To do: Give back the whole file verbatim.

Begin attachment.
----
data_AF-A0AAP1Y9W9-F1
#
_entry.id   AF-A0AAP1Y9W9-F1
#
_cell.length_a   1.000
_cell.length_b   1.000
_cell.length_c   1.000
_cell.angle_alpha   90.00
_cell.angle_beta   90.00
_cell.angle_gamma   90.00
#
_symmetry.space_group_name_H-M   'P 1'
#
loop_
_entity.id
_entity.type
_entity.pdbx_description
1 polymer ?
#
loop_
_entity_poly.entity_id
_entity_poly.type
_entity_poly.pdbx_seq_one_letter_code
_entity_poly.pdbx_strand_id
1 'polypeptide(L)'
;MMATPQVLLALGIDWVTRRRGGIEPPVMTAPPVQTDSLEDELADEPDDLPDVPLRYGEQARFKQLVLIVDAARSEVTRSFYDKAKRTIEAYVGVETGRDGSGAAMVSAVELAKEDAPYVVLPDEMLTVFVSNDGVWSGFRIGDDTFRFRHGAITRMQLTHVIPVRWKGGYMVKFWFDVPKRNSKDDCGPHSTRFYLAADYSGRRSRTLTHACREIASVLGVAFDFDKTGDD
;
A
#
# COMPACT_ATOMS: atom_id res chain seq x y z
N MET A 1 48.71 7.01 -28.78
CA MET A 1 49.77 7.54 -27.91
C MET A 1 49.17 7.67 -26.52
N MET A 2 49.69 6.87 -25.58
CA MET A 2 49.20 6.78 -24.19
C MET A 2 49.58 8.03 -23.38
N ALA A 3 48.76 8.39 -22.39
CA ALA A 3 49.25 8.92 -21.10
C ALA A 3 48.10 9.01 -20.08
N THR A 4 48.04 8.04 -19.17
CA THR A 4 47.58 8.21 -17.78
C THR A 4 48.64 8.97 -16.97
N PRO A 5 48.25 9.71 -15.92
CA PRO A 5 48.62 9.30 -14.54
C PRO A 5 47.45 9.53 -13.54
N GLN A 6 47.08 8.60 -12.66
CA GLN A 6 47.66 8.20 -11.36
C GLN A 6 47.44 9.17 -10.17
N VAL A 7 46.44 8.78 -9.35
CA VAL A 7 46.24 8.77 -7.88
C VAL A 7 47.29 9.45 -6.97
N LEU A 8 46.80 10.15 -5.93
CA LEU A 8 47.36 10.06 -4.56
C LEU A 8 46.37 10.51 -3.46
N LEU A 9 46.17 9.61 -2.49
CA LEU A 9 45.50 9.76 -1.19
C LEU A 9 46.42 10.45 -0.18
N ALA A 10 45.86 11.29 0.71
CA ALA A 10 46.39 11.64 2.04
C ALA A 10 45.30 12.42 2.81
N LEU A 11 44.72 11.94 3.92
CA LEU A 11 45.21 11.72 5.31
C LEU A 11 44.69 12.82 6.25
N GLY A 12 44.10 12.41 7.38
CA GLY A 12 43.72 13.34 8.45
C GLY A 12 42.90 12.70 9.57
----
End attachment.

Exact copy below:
data_AF-A0AAP1Y9W9-F1
#
_entry.id   AF-A0AAP1Y9W9-F1
#
_cell.length_a   1.000
_cell.length_b   1.000
_cell.length_c   1.000
_cell.angle_alpha   90.00
_cell.angle_beta   90.00
_cell.angle_gamma   90.00
#
_symmetry.space_group_name_H-M   'P 1'
#
loop_
_entity.id
_entity.type
_entity.pdbx_description
1 polymer ?
#
loop_
_entity_poly.entity_id
_entity_poly.type
_entity_poly.pdbx_seq_one_letter_code
_entity_poly.pdbx_strand_id
1 'polypeptide(L)'
;MMATPQVLLALGIDWVTRRRGGIEPPVMTAPPVQTDSLEDELADEPDDLPDVPLRYGEQARFKQLVLIVDAARSEVTRSFYDKAKRTIEAYVGVETGRDGSGAAMVSAVELAKEDAPYVVLPDEMLTVFVSNDGVWSGFRIGDDTFRFRHGAITRMQLTHVIPVRWKGGYMVKFWFDVPKRNSKDDCGPHSTRFYLAADYSGRRSRTLTHACREIASVLGVAFDFDKTGDD
;
A
#
# COMPACT_ATOMS: atom_id res chain seq x y z
N MET A 1 48.71 7.01 -28.78
CA MET A 1 49.77 7.54 -27.91
C MET A 1 49.17 7.67 -26.52
N MET A 2 49.69 6.87 -25.58
CA MET A 2 49.20 6.78 -24.19
C MET A 2 49.58 8.03 -23.38
N ALA A 3 48.76 8.39 -22.39
CA ALA A 3 49.25 8.92 -21.10
C ALA A 3 48.10 9.01 -20.08
N THR A 4 48.04 8.04 -19.17
CA THR A 4 47.58 8.21 -17.78
C THR A 4 48.64 8.97 -16.97
N PRO A 5 48.25 9.71 -15.92
CA PRO A 5 48.62 9.30 -14.54
C PRO A 5 47.45 9.53 -13.54
N GLN A 6 47.08 8.60 -12.66
CA GLN A 6 47.66 8.20 -11.36
C GLN A 6 47.44 9.17 -10.17
N VAL A 7 46.44 8.78 -9.35
CA VAL A 7 46.24 8.77 -7.88
C VAL A 7 47.29 9.45 -6.97
N LEU A 8 46.80 10.15 -5.93
CA LEU A 8 47.36 10.06 -4.56
C LEU A 8 46.37 10.51 -3.46
N LEU A 9 46.17 9.61 -2.49
CA LEU A 9 45.50 9.76 -1.19
C LEU A 9 46.42 10.45 -0.18
N ALA A 10 45.86 11.29 0.71
CA ALA A 10 46.39 11.64 2.04
C ALA A 10 45.30 12.42 2.81
N LEU A 11 44.72 11.94 3.92
CA LEU A 11 45.21 11.72 5.31
C LEU A 11 44.69 12.82 6.25
N GLY A 12 44.10 12.41 7.38
CA GLY A 12 43.72 13.34 8.45
C GLY A 12 42.90 12.70 9.57